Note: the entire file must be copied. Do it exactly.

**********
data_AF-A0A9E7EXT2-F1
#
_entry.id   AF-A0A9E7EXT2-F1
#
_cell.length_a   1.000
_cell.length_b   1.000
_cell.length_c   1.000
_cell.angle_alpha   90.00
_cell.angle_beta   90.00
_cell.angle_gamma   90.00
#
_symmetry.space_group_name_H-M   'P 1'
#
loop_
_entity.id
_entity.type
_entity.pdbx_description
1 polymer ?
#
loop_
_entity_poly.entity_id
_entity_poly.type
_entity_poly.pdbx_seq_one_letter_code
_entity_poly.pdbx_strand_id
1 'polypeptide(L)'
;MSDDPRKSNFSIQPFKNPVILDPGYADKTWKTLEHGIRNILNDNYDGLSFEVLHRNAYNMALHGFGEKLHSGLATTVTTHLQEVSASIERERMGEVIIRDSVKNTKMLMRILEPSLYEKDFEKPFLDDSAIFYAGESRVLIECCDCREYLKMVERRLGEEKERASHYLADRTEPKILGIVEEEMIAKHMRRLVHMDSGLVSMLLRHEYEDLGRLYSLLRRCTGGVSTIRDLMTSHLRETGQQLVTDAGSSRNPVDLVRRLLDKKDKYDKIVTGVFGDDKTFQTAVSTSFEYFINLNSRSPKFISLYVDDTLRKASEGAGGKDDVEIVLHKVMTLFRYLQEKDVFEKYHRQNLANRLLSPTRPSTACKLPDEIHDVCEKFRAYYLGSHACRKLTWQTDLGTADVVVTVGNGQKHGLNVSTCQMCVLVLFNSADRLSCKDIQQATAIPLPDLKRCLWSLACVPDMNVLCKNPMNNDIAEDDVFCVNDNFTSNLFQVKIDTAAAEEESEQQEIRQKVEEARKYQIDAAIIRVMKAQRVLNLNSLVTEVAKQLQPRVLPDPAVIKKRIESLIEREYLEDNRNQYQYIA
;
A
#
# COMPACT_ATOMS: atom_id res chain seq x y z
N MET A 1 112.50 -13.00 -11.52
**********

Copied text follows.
data_AF-A0A9E7EXT2-F1
#
_entry.id   AF-A0A9E7EXT2-F1
#
_cell.length_a   1.000
_cell.length_b   1.000
_cell.length_c   1.000
_cell.angle_alpha   90.00
_cell.angle_beta   90.00
_cell.angle_gamma   90.00
#
_symmetry.space_group_name_H-M   'P 1'
#
loop_
_entity.id
_entity.type
_entity.pdbx_description
1 polymer ?
#
loop_
_entity_poly.entity_id
_entity_poly.type
_entity_poly.pdbx_seq_one_letter_code
_entity_poly.pdbx_strand_id
1 'polypeptide(L)'
;MSDDPRKSNFSIQPFKNPVILDPGYADKTWKTLEHGIRNILNDNYDGLSFEVLHRNAYNMALHGFGEKLHSGLATTVTTHLQEVSASIERERMGEVIIRDSVKNTKMLMRILEPSLYEKDFEKPFLDDSAIFYAGESRVLIECCDCREYLKMVERRLGEEKERASHYLADRTEPKILGIVEEEMIAKHMRRLVHMDSGLVSMLLRHEYEDLGRLYSLLRRCTGGVSTIRDLMTSHLRETGQQLVTDAGSSRNPVDLVRRLLDKKDKYDKIVTGVFGDDKTFQTAVSTSFEYFINLNSRSPKFISLYVDDTLRKASEGAGGKDDVEIVLHKVMTLFRYLQEKDVFEKYHRQNLANRLLSPTRPSTACKLPDEIHDVCEKFRAYYLGSHACRKLTWQTDLGTADVVVTVGNGQKHGLNVSTCQMCVLVLFNSADRLSCKDIQQATAIPLPDLKRCLWSLACVPDMNVLCKNPMNNDIAEDDVFCVNDNFTSNLFQVKIDTAAAEEESEQQEIRQKVEEARKYQIDAAIIRVMKAQRVLNLNSLVTEVAKQLQPRVLPDPAVIKKRIESLIEREYLEDNRNQYQYIA
;
A
#
# COMPACT_ATOMS: atom_id res chain seq x y z
N MET A 1 112.50 -13.00 -11.52